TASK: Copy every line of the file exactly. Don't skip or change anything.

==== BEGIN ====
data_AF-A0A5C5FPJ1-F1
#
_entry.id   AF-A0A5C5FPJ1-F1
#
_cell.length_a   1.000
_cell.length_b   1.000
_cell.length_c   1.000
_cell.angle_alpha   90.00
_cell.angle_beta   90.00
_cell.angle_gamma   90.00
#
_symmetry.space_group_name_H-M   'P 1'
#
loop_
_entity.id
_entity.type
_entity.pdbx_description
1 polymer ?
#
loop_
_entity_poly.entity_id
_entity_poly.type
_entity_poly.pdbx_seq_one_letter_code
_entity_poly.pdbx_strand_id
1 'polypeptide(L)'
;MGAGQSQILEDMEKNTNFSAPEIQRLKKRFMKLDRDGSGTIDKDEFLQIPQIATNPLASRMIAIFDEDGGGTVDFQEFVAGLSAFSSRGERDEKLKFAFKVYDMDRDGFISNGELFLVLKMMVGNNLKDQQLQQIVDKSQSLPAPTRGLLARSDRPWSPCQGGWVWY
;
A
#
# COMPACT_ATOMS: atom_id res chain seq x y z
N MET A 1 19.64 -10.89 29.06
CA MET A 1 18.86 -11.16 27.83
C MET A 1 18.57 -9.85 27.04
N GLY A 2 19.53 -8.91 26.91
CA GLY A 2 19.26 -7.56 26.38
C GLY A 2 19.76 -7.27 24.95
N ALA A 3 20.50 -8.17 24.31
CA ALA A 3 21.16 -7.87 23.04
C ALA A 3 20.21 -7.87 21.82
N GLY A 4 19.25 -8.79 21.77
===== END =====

data_AF-A0A5C5FPJ1-F1
#
_entry.id   AF-A0A5C5FPJ1-F1
#
_cell.length_a   1.000
_cell.length_b   1.000
_cell.length_c   1.000
_cell.angle_alpha   90.00
_cell.angle_beta   90.00
_cell.angle_gamma   90.00
#
_symmetry.space_group_name_H-M   'P 1'
#
loop_
_entity.id
_entity.type
_entity.pdbx_description
1 polymer ?
#
loop_
_entity_poly.entity_id
_entity_poly.type
_entity_poly.pdbx_seq_one_letter_code
_entity_poly.pdbx_strand_id
1 'polypeptide(L)'
;MGAGQSQILEDMEKNTNFSAPEIQRLKKRFMKLDRDGSGTIDKDEFLQIPQIATNPLASRMIAIFDEDGGGTVDFQEFVAGLSAFSSRGERDEKLKFAFKVYDMDRDGFISNGELFLVLKMMVGNNLKDQQLQQIVDKSQSLPAPTRGLLARSDRPWSPCQGGWVWY
;
A
#
# COMPACT_ATOMS: atom_id res chain seq x y z
N MET A 1 19.64 -10.89 29.06
CA MET A 1 18.86 -11.16 27.83
C MET A 1 18.57 -9.85 27.04
N GLY A 2 19.53 -8.91 26.91
CA GLY A 2 19.26 -7.56 26.38
C GLY A 2 19.76 -7.27 24.95
N ALA A 3 20.50 -8.17 24.31
CA ALA A 3 21.16 -7.87 23.04
C ALA A 3 20.21 -7.87 21.82
N GLY A 4 19.25 -8.79 21.77